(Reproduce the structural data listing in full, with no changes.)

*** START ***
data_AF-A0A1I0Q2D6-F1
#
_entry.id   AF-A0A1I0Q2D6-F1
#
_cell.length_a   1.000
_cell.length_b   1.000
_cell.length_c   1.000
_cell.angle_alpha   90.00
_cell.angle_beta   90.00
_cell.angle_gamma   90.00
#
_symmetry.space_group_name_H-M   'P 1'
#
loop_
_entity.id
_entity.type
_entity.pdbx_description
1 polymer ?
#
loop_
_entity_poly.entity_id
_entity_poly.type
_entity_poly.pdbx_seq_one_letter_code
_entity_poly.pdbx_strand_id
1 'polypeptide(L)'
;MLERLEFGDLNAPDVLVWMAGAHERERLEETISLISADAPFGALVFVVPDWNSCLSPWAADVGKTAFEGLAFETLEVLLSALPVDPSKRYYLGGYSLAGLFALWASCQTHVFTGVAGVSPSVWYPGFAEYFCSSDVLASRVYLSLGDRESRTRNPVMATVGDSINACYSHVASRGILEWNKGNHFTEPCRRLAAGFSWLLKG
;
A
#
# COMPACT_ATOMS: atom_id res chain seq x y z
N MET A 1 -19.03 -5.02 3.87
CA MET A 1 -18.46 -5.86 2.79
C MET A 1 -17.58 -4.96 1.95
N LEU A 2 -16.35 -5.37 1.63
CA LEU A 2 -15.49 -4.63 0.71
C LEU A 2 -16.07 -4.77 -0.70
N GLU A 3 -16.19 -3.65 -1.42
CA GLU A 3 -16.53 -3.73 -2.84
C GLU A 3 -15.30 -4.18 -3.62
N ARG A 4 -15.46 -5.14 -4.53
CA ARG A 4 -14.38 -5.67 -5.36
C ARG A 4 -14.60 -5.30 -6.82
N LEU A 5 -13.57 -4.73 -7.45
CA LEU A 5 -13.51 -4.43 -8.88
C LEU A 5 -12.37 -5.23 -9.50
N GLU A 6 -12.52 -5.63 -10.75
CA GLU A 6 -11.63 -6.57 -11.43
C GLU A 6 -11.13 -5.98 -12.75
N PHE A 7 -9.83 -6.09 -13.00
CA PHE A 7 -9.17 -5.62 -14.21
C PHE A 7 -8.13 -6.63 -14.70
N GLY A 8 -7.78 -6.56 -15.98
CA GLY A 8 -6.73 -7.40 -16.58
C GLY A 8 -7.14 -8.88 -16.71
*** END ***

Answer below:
data_AF-A0A1I0Q2D6-F1
#
_entry.id   AF-A0A1I0Q2D6-F1
#
_cell.length_a   1.000
_cell.length_b   1.000
_cell.length_c   1.000
_cell.angle_alpha   90.00
_cell.angle_beta   90.00
_cell.angle_gamma   90.00
#
_symmetry.space_group_name_H-M   'P 1'
#
loop_
_entity.id
_entity.type
_entity.pdbx_description
1 polymer ?
#
loop_
_entity_poly.entity_id
_entity_poly.type
_entity_poly.pdbx_seq_one_letter_code
_entity_poly.pdbx_strand_id
1 'polypeptide(L)'
;MLERLEFGDLNAPDVLVWMAGAHERERLEETISLISADAPFGALVFVVPDWNSCLSPWAADVGKTAFEGLAFETLEVLLSALPVDPSKRYYLGGYSLAGLFALWASCQTHVFTGVAGVSPSVWYPGFAEYFCSSDVLASRVYLSLGDRESRTRNPVMATVGDSINACYSHVASRGILEWNKGNHFTEPCRRLAAGFSWLLKG
;
A
#
# COMPACT_ATOMS: atom_id res chain seq x y z
N MET A 1 -19.03 -5.02 3.87
CA MET A 1 -18.46 -5.86 2.79
C MET A 1 -17.58 -4.96 1.95
N LEU A 2 -16.35 -5.37 1.63
CA LEU A 2 -15.49 -4.63 0.71
C LEU A 2 -16.07 -4.77 -0.70
N GLU A 3 -16.19 -3.65 -1.42
CA GLU A 3 -16.53 -3.73 -2.84
C GLU A 3 -15.30 -4.18 -3.62
N ARG A 4 -15.46 -5.14 -4.53
CA ARG A 4 -14.38 -5.67 -5.36
C ARG A 4 -14.60 -5.30 -6.82
N LEU A 5 -13.57 -4.73 -7.45
CA LEU A 5 -13.51 -4.43 -8.88
C LEU A 5 -12.37 -5.23 -9.50
N GLU A 6 -12.52 -5.63 -10.75
CA GLU A 6 -11.63 -6.57 -11.43
C GLU A 6 -11.13 -5.98 -12.75
N PHE A 7 -9.83 -6.09 -13.00
CA PHE A 7 -9.17 -5.62 -14.21
C PHE A 7 -8.13 -6.63 -14.70
N GLY A 8 -7.78 -6.56 -15.98
CA GLY A 8 -6.73 -7.40 -16.58
C GLY A 8 -7.14 -8.88 -16.71